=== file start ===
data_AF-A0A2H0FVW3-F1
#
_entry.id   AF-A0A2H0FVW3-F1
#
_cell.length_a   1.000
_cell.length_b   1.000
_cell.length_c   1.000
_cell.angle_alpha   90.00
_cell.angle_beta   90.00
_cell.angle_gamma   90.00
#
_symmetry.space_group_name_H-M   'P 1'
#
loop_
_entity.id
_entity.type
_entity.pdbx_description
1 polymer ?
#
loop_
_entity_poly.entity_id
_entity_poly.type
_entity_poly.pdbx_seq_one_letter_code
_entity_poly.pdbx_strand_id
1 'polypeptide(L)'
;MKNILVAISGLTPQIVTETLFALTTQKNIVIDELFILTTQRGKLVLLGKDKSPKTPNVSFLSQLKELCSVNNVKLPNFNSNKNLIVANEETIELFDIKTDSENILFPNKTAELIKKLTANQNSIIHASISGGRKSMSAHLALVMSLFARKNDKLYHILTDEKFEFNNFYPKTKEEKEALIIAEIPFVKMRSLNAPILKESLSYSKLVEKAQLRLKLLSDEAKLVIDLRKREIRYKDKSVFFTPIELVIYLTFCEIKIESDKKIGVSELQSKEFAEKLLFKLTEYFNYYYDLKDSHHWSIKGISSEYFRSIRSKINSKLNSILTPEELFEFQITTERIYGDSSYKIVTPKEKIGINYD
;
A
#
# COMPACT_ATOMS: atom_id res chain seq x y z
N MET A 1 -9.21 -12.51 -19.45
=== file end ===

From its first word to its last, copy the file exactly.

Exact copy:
data_AF-A0A2H0FVW3-F1
#
_entry.id   AF-A0A2H0FVW3-F1
#
_cell.length_a   1.000
_cell.length_b   1.000
_cell.length_c   1.000
_cell.angle_alpha   90.00
_cell.angle_beta   90.00
_cell.angle_gamma   90.00
#
_symmetry.space_group_name_H-M   'P 1'
#
loop_
_entity.id
_entity.type
_entity.pdbx_description
1 polymer ?
#
loop_
_entity_poly.entity_id
_entity_poly.type
_entity_poly.pdbx_seq_one_letter_code
_entity_poly.pdbx_strand_id
1 'polypeptide(L)'
;MKNILVAISGLTPQIVTETLFALTTQKNIVIDELFILTTQRGKLVLLGKDKSPKTPNVSFLSQLKELCSVNNVKLPNFNSNKNLIVANEETIELFDIKTDSENILFPNKTAELIKKLTANQNSIIHASISGGRKSMSAHLALVMSLFARKNDKLYHILTDEKFEFNNFYPKTKEEKEALIIAEIPFVKMRSLNAPILKESLSYSKLVEKAQLRLKLLSDEAKLVIDLRKREIRYKDKSVFFTPIELVIYLTFCEIKIESDKKIGVSELQSKEFAEKLLFKLTEYFNYYYDLKDSHHWSIKGISSEYFRSIRSKINSKLNSILTPEELFEFQITTERIYGDSSYKIVTPKEKIGINYD
;
A
#
# COMPACT_ATOMS: atom_id res chain seq x y z
N MET A 1 -9.21 -12.51 -19.45